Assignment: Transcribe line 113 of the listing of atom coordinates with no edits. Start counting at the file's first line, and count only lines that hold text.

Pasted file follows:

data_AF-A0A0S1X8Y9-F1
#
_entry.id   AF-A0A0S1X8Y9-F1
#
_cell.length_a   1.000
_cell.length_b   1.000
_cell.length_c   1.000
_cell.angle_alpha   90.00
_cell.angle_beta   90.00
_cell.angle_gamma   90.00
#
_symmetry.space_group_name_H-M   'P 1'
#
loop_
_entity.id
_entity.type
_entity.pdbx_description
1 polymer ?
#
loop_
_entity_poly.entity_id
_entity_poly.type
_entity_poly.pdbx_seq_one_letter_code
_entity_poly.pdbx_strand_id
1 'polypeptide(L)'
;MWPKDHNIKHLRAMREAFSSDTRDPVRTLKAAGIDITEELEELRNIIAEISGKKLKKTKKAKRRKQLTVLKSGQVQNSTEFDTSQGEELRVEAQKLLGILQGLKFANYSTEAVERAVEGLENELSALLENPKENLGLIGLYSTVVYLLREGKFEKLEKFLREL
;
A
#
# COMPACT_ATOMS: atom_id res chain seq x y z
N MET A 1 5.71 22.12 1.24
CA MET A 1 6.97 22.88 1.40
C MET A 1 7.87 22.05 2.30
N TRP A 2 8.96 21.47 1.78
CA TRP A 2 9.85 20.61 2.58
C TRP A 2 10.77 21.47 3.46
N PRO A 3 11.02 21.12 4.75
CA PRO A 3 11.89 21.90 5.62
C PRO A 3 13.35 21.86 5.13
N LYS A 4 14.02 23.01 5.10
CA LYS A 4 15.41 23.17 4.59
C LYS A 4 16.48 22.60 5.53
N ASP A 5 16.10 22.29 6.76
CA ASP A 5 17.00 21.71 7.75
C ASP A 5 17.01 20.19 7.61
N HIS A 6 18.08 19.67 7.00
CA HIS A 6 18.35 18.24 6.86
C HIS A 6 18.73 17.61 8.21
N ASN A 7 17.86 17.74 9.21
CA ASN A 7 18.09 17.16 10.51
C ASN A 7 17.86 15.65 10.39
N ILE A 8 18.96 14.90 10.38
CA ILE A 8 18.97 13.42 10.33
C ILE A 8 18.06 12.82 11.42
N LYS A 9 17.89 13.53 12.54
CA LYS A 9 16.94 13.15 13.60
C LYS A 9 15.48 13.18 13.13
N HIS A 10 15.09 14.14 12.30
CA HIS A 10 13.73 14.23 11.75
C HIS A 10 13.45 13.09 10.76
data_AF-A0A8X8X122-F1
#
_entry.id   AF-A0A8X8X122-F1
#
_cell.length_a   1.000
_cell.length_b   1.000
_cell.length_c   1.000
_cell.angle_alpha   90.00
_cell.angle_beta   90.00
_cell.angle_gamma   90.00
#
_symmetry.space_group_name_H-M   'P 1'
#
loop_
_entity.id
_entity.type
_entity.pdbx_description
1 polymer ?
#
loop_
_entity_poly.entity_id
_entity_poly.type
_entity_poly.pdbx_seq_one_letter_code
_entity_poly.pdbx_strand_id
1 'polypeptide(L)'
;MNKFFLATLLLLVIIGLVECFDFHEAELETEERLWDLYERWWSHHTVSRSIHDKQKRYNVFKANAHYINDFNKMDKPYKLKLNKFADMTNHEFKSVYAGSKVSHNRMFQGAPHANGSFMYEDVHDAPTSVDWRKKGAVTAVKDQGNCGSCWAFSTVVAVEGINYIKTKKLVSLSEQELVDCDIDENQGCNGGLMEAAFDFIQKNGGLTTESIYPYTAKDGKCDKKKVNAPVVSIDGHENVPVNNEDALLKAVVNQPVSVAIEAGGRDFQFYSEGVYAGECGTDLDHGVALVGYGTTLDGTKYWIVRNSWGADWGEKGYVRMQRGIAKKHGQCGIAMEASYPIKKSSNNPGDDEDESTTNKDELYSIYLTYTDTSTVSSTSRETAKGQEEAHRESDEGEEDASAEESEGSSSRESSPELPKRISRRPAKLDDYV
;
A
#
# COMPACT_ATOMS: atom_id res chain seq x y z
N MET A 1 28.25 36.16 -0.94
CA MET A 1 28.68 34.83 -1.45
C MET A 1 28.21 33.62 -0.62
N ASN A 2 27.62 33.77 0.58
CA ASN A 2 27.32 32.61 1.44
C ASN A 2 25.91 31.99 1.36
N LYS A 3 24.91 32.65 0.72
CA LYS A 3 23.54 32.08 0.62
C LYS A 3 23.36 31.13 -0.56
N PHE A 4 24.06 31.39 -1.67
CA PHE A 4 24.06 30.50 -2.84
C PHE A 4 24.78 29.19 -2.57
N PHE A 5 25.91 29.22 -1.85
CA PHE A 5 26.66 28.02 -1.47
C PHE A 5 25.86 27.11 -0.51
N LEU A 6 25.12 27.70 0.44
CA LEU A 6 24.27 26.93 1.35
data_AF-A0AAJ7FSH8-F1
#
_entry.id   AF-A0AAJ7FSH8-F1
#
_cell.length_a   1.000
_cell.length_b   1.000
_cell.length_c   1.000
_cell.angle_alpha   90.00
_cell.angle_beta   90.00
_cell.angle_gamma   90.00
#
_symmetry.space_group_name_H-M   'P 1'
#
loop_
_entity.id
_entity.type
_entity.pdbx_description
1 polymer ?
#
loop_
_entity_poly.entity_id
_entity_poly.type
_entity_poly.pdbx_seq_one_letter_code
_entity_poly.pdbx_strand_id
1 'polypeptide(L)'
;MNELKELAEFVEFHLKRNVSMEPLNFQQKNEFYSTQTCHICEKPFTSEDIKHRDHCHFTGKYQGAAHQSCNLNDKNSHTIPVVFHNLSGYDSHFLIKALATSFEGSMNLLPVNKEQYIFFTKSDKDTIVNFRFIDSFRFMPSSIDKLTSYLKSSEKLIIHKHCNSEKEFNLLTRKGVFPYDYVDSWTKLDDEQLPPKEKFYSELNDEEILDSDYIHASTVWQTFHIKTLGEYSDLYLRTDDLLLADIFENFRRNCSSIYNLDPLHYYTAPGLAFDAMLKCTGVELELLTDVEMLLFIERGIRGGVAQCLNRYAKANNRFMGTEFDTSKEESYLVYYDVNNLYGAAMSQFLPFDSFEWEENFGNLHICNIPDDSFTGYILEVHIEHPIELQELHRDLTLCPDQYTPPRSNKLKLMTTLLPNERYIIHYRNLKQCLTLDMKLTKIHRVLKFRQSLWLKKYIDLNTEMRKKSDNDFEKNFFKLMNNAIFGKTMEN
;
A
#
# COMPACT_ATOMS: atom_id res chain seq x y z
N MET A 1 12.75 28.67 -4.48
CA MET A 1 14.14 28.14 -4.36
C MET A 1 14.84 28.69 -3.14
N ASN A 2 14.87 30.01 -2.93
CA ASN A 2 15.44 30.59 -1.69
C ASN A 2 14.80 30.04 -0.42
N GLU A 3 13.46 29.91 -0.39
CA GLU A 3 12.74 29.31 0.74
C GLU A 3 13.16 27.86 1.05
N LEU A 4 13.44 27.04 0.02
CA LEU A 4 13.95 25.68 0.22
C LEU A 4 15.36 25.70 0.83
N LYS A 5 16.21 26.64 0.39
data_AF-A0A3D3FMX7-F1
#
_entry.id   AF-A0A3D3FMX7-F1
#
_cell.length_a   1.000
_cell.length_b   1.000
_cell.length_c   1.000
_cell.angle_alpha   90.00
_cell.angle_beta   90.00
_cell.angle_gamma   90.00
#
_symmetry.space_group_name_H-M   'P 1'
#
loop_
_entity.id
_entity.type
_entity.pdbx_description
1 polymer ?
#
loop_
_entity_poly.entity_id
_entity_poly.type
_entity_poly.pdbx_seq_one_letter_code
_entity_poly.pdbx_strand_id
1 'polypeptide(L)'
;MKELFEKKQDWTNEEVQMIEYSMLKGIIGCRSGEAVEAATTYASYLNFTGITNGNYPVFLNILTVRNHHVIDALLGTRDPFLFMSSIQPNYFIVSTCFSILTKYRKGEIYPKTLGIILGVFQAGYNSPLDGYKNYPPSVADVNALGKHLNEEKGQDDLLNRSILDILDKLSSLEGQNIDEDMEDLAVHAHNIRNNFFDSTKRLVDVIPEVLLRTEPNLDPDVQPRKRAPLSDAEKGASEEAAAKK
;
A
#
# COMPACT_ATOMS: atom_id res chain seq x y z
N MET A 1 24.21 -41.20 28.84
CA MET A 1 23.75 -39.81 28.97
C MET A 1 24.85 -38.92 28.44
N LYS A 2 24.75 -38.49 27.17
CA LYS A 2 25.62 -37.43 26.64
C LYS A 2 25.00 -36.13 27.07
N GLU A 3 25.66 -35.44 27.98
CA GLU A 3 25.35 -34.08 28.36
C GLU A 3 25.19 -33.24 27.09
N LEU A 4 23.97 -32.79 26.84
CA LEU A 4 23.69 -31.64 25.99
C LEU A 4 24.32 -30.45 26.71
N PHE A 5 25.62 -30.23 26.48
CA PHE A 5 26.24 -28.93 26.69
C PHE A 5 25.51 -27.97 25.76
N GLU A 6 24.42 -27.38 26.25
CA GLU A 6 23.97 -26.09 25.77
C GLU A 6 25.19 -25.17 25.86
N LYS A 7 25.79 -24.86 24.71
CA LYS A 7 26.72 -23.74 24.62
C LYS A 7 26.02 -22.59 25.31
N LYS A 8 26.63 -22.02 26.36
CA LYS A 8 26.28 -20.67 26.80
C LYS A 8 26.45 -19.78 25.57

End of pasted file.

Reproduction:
_cell.length_b   1.000